SQL Server tables can have primary key columns of data type GUID/uniqueidentifier. A GUID (globally unique identifier) is a value that's extremely likely to be unique across multiple systems and an example value looks like this "2e786c51-1668-46e6-a325-14918aad4276". GUID primary key values are commonly used to uniquely identify rows in replicated databases.
The problem is that forms in Power Apps don't work against tables with GUID primary key columns without some modification. This post walks through how to build a form that can add and edit records against a table with a GUID primary key column.
Why don't forms natively work against SQL tables with GUID primary keys?To demonstrate the problem, let's take the example table. Notice how the data type of the primary key column (product ID) is of data type "uniqueidentifier".
Let's now create an auto-generated app based on this structure. If we attempt to create a new record, Power Apps fails with the following error: "Field ProductID is required". The problem is that Power Apps doesn't generate the GUID value that's needed for the new record.
In the designer, the editor doesn't allow us to change the control type of the ProductID field to anything other than "View text". A card that's based on the "View text" control type does not include an update property. Therefore, this prevents us from being able to use the update property to specify a new GUID value when we create a new record.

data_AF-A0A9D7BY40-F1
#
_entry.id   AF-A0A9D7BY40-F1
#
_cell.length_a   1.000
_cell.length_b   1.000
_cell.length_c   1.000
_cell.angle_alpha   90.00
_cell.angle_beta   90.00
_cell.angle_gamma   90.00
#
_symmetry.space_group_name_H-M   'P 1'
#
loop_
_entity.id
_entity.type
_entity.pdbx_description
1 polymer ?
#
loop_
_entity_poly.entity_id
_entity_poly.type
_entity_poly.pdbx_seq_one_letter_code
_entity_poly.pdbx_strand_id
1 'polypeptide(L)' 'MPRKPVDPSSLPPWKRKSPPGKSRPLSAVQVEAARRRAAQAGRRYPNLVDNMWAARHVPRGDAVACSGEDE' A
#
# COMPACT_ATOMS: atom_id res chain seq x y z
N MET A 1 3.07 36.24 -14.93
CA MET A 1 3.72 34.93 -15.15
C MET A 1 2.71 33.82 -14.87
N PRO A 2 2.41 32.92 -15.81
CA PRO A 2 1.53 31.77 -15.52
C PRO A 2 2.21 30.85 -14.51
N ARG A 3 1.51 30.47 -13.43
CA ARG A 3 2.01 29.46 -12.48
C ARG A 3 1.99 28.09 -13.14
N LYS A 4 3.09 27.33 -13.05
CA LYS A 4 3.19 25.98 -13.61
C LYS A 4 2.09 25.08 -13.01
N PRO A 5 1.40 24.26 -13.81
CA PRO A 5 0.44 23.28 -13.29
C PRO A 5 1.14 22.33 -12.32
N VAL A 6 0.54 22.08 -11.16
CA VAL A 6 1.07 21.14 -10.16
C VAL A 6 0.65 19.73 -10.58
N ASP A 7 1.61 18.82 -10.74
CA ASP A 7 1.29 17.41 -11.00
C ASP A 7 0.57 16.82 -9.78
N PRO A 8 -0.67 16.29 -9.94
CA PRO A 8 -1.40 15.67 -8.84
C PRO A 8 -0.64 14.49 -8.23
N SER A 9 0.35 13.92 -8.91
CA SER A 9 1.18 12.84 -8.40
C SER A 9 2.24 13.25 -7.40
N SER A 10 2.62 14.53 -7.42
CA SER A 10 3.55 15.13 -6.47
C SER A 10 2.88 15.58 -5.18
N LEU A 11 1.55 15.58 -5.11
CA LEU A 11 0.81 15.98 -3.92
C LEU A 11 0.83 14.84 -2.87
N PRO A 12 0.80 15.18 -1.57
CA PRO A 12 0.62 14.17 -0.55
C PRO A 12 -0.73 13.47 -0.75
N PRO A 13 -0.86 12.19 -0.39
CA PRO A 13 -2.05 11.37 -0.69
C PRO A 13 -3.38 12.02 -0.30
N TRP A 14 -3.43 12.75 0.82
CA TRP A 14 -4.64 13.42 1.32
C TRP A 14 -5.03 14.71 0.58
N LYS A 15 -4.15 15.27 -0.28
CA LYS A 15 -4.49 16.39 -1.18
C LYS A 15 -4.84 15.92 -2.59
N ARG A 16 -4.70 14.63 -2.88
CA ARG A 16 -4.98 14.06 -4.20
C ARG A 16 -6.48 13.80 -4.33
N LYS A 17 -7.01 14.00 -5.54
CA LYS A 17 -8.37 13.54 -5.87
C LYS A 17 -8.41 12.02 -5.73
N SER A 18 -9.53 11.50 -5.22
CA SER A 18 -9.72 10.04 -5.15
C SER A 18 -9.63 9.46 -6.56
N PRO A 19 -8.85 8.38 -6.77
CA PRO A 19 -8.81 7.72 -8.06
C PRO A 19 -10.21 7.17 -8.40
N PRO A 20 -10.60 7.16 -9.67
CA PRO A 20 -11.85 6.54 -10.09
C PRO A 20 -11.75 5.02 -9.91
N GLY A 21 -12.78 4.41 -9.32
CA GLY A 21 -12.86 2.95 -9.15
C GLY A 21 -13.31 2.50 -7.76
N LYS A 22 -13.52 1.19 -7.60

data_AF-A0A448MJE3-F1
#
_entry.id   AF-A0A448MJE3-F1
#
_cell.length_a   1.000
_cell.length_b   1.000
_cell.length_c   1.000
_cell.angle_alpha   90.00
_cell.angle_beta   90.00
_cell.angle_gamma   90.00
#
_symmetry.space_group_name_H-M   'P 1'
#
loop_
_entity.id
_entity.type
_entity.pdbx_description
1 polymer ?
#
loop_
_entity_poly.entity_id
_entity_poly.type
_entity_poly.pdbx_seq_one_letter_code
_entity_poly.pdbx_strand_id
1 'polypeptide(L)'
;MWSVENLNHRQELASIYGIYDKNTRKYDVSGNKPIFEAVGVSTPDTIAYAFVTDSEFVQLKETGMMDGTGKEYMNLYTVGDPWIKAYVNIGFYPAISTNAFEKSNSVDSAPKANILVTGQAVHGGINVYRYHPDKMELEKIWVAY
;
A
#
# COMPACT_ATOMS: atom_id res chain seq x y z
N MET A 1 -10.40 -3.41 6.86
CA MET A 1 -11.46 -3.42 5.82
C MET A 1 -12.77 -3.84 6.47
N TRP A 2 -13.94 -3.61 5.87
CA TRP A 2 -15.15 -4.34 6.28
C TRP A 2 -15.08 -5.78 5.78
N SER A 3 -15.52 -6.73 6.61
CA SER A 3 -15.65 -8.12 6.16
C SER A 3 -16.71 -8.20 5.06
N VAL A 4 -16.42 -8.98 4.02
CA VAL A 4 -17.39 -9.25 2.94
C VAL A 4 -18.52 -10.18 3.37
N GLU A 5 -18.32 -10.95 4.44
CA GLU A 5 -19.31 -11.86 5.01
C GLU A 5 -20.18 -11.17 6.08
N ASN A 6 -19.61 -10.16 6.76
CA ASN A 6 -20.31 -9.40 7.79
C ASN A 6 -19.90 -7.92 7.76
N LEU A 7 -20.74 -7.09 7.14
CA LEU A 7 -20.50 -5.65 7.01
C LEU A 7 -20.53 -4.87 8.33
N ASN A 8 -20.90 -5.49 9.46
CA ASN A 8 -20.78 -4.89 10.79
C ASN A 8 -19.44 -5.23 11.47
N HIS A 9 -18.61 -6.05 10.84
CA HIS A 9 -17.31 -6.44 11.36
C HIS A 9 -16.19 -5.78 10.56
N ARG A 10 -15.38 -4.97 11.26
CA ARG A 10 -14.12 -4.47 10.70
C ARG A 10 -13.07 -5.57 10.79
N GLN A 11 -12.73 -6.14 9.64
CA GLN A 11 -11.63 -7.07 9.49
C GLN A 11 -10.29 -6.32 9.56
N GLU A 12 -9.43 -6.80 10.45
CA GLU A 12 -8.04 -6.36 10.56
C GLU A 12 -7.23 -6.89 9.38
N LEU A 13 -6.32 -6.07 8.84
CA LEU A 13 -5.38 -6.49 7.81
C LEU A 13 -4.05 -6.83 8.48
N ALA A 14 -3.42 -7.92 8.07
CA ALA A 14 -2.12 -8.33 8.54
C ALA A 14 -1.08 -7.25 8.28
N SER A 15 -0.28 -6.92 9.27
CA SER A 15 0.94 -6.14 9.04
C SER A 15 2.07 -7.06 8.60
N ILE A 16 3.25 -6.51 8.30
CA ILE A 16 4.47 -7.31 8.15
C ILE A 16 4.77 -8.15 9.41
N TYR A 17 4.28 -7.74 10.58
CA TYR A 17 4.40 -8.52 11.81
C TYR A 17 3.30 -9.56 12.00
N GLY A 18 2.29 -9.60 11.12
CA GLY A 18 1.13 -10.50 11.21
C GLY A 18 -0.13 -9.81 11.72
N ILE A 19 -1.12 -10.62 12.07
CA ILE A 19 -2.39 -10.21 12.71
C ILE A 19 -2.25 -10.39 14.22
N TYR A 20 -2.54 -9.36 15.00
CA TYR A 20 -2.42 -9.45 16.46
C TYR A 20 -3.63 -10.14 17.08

How to setup a form to work against a SQL table with a GUID primary keys column
The workaround for this problem is to take a data card for an existing field and to modify the properties of the card so that it updates the GUID column. We can subsequently re-add the field to the form that we modified afterwards.
Here are the steps that we would follow. First, let's take the existing card for the "ProductName" field. We then unlock the card and set the following properties:
- Set the DataField property to "ProductID"
- Set the Default property to ThisItem.ProductID
- Set the Update property the following:
If(EditForm1.Mode = FormMode.New,
Finally, we can hide the "Product Name"card that we've modified by setting the visible property to false, and we can re-add the "product name" field.
At this stage, we can run the app, and successfully create and edit records without any error.
To update SQL Server tables with unique identifier/GUID primary key columns form, it's necessary to customise the form by adapting an existing field to work against the GUID column. This post described the process.